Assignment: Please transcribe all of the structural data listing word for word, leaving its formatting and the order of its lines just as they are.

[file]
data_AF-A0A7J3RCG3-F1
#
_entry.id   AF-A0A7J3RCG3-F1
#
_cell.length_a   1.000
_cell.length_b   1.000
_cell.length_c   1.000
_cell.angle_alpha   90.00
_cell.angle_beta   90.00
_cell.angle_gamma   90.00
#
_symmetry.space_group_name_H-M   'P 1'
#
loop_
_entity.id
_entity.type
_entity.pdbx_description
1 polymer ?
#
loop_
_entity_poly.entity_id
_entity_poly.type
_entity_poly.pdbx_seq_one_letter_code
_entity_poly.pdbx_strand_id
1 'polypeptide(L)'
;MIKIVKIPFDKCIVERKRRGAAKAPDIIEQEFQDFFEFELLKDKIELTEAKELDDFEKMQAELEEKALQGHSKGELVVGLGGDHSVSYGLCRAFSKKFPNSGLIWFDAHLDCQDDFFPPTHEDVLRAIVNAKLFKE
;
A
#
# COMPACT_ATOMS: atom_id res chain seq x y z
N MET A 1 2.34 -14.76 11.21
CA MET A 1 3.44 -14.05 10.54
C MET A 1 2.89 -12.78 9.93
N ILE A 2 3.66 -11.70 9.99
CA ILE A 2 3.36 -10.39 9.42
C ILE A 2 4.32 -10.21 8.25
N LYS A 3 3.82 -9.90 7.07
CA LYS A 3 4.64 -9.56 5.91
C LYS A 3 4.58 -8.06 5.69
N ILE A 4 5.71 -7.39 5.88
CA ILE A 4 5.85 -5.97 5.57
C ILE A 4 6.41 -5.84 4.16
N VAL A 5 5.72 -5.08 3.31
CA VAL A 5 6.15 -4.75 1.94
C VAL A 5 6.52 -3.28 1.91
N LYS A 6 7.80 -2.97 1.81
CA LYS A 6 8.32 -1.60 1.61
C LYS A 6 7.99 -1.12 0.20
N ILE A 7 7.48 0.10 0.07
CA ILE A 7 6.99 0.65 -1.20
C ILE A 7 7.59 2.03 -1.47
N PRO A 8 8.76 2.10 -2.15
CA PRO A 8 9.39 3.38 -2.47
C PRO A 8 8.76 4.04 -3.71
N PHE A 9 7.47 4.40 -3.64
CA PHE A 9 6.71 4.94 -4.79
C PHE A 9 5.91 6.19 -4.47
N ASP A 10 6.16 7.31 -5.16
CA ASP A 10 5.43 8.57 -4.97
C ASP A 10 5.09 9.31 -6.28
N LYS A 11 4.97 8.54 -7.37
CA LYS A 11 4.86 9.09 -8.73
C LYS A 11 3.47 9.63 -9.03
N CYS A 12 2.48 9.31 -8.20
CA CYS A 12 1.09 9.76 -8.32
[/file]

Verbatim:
data_AF-A0A7J3RCG3-F1
#
_entry.id   AF-A0A7J3RCG3-F1
#
_cell.length_a   1.000
_cell.length_b   1.000
_cell.length_c   1.000
_cell.angle_alpha   90.00
_cell.angle_beta   90.00
_cell.angle_gamma   90.00
#
_symmetry.space_group_name_H-M   'P 1'
#
loop_
_entity.id
_entity.type
_entity.pdbx_description
1 polymer ?
#
loop_
_entity_poly.entity_id
_entity_poly.type
_entity_poly.pdbx_seq_one_letter_code
_entity_poly.pdbx_strand_id
1 'polypeptide(L)'
;MIKIVKIPFDKCIVERKRRGAAKAPDIIEQEFQDFFEFELLKDKIELTEAKELDDFEKMQAELEEKALQGHSKGELVVGLGGDHSVSYGLCRAFSKKFPNSGLIWFDAHLDCQDDFFPPTHEDVLRAIVNAKLFKE
;
A
#
# COMPACT_ATOMS: atom_id res chain seq x y z
N MET A 1 2.34 -14.76 11.21
CA MET A 1 3.44 -14.05 10.54
C MET A 1 2.89 -12.78 9.93
N ILE A 2 3.66 -11.70 9.99
CA ILE A 2 3.36 -10.39 9.42
C ILE A 2 4.32 -10.21 8.25
N LYS A 3 3.82 -9.90 7.07
CA LYS A 3 4.64 -9.56 5.91
C LYS A 3 4.58 -8.06 5.69
N ILE A 4 5.71 -7.39 5.88
CA ILE A 4 5.85 -5.97 5.57
C ILE A 4 6.41 -5.84 4.16
N VAL A 5 5.72 -5.08 3.31
CA VAL A 5 6.15 -4.75 1.94
C VAL A 5 6.52 -3.28 1.91
N LYS A 6 7.80 -2.97 1.81
CA LYS A 6 8.32 -1.60 1.61
C LYS A 6 7.99 -1.12 0.20
N ILE A 7 7.48 0.10 0.07
CA ILE A 7 6.99 0.65 -1.20
C ILE A 7 7.59 2.03 -1.47
N PRO A 8 8.76 2.10 -2.15
CA PRO A 8 9.39 3.38 -2.47
C PRO A 8 8.76 4.04 -3.71
N PHE A 9 7.47 4.40 -3.64
CA PHE A 9 6.71 4.94 -4.79
C PHE A 9 5.91 6.19 -4.47
N ASP A 10 6.16 7.31 -5.16
CA ASP A 10 5.43 8.57 -4.97
C ASP A 10 5.09 9.31 -6.28
N LYS A 11 4.97 8.54 -7.37
CA LYS A 11 4.86 9.09 -8.73
C LYS A 11 3.47 9.63 -9.03
N CYS A 12 2.48 9.31 -8.20
CA CYS A 12 1.09 9.76 -8.32